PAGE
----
Following a playing career that lasted nearly a decade and a half (and included stints overseas, NBA, and even the D-League), Zendon Hamilton knew full well he wanted to stay involved in the game of basketball.
Showing interest and dedication early on, Hamilton turned up at various coaching clinics of sorts, taking advantage of opportunities at the D-League National Tryout and the P.IT.
After a busy offseason in 2013, Hamilton's hard work paid off as the Idaho Stampede hired him as an assistant coach. The former NBA big man helped the team to a five-game improvement from the season prior. What's more, the presence of a former player undoubtedly benefited Idaho's bevy of young guns who were on the outside looking in.
This past season, the Stampede were affiliated with the Portland Trail Blazers, but going forward, will be entered into a single hybrid affiliation with the Utah Jazz. As a result, a new coaching staff will be hired, meaning Hamilton is in search of another job.
So, the process starts all over again for the 39 year old. Showing interest, dedication, and moving moves during a busy summer offseason are all things that happen to be on his plate yet again. A journeyman over the course of his playing career, Hamilton knows who it means to truly be on a grind. A hard-worker, he's learned from his experiences, and now, enjoys sharing such knowledge with the next generation of the game.
But most of all, Hamilton loves basketball. It's a way of life for the former big man. He loves the game and simply wants to be around it. The dedication he's shown recently to honing his coaching craft only further proves that.
Plenty of D-League coaches have turned up at NBA Summer League hoping to network for future jobs. Hamilton was actually able to find work for the summer session, utilizing a connection he made during his playing days. Serving as an assistant coach with the New Orleans Pelicans, Hamilton joined those other assistants currently on Monty Williams' staff, Williams was an assistant coach of Hamilton's during his playing career.
Upon receiving Williams' offer, Hamilton was eager to head out to Las Vegas and get started. He told RidiculousUpside.com that being able to progress and move up in the coaching game gives him the same joy and excitement as playing did. He just loves the game and those around it.
As fate would have it, the Stampede aren't the only team looking to put a new staff in place. There are currently nine teams (a source tells RidiculousUpside.com that a tenth team will also be looking for a new head coach) head coaching vacancies in the D-League. Could his storied career and recent work in the coaching world qualify Hamilton for those openings? Perhaps, but the big man assets that he simply wants to keep working and stay in the game any way possible.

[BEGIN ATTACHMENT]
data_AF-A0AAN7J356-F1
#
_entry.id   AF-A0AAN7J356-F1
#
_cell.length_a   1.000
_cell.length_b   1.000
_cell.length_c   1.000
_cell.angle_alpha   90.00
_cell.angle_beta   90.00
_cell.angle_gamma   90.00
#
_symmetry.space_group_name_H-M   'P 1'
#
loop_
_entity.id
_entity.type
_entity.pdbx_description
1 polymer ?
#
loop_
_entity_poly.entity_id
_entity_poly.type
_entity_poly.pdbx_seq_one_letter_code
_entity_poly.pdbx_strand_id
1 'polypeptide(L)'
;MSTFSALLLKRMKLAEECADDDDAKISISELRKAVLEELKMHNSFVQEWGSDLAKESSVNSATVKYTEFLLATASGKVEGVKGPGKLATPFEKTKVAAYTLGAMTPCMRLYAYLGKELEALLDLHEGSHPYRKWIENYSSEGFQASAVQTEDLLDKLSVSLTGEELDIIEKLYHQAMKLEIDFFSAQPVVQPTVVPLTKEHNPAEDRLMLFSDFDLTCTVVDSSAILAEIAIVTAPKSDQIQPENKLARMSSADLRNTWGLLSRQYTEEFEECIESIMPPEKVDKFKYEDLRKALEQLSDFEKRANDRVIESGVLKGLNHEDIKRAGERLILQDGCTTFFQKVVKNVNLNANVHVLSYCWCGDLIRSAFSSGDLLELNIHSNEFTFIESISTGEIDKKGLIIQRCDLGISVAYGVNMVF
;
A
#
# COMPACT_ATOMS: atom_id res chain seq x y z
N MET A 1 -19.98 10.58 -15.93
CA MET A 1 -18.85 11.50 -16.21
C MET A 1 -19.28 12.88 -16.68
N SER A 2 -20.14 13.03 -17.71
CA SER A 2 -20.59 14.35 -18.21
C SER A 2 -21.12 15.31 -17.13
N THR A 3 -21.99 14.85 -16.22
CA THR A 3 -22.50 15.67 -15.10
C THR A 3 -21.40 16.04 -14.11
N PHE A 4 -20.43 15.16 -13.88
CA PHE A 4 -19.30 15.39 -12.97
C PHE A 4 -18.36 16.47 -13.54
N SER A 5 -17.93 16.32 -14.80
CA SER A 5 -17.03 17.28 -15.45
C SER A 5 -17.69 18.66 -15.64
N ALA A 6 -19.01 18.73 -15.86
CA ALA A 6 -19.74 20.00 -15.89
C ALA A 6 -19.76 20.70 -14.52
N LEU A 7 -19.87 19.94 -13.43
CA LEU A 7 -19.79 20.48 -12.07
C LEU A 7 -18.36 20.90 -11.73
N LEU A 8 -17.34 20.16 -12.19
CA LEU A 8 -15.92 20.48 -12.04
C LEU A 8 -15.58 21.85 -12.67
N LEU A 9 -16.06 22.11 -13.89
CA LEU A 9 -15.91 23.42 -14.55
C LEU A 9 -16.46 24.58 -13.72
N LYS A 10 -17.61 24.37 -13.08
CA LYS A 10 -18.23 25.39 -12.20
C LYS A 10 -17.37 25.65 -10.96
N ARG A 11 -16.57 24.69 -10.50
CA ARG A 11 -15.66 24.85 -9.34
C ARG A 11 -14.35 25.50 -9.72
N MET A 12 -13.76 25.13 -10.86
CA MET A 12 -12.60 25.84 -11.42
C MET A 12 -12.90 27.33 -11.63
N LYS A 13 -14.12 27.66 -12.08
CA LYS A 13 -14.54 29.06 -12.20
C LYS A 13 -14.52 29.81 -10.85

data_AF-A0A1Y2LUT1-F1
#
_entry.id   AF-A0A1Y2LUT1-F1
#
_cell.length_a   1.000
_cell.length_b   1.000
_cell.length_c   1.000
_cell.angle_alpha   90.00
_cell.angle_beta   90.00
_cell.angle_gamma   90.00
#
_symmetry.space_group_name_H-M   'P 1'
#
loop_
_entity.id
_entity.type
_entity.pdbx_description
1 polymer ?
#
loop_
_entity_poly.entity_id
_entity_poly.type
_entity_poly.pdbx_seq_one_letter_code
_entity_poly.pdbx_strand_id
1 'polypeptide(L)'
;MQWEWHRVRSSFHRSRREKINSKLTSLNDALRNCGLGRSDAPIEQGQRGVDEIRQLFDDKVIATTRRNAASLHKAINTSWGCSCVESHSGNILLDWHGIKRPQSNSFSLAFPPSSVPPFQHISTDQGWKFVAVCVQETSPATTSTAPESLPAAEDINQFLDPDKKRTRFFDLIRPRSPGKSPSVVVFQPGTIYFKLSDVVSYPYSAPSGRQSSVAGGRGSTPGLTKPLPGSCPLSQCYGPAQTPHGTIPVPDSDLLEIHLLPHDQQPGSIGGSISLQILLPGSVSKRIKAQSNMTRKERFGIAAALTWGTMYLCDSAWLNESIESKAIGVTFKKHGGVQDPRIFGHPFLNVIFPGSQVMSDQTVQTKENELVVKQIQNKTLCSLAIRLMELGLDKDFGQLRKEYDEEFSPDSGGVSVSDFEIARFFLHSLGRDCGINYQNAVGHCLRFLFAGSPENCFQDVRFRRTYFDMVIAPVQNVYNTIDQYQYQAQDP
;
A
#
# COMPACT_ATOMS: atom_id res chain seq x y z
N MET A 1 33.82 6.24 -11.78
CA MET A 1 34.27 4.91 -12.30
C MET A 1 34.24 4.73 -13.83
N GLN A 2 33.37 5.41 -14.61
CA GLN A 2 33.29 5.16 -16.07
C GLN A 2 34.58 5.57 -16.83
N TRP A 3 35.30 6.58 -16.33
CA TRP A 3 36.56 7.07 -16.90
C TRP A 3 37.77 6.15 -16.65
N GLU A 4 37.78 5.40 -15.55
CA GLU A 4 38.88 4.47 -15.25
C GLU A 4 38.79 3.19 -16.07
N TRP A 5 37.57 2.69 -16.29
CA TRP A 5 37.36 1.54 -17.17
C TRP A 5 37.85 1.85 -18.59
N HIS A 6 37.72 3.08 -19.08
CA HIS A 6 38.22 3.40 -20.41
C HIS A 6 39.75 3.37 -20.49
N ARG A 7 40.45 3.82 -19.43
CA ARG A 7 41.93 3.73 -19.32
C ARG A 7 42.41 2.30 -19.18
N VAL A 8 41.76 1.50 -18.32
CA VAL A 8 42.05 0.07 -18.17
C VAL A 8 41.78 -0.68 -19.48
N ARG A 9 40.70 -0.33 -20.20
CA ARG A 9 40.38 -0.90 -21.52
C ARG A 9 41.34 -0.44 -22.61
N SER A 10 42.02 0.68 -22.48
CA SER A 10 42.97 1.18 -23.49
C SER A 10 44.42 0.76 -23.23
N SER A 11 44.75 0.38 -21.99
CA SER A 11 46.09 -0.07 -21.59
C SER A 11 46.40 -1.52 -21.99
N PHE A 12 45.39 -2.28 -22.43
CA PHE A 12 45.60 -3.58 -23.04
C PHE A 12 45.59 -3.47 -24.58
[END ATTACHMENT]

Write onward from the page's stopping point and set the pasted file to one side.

Either way, each of those staffs will need to be filled. Retaining Hamilton's services could help any number of teams in a variety of ways.
As someone who loves the game as much as Hamilton, he certainly isn't picking. Despite a heavy work load in Sin City this week, Hamilton could also still be found hitting the hardwood, rebounding the ball in his slippers, for Anthony Davis following one of the Pelicans' games this week.
Hamilton has to plenty to offer young players, The experience he gained resulted in him learning even more along the way, proving that he could help such youngsters learn from his successes and even his failures over the years. The connections he's made surely aid him as well, largely in part due to the fact that those around Hamilton can appreciate his effort over the years. His dedication is evident.
Discussing his desire and his relentless effort, Hamilton cited the likes of James Posey and Sean Rooks as fellow former work horses (as players) who climbed up the NBA ladder in similar fashion. Ironically enough, both Posey and Rooks have put in the effort on the coaching front as of late. Like Hamilton, both former players served as NBADL assistants this past year.
Hamilton came up as a player and learned from those around him. As he became older, he acted as a mentor of sorts to those on similar paths years later. Looking for some guidance as a new coach, Hamilton leaned on fellow St. John's University alum Rob Werdann in Idaho.
The veteran asserts that he continues to learn new and different things everywhere he goes. The player turned coach learns more by being in the video-room and taking in film. What's more, he has a new prospective on the game after sitting in on coaches' meetings. That's what keeps the game so interesting for him. Surely enough, he could continue to rely such knowledge to young players who hope to have similar success breaking into The Association.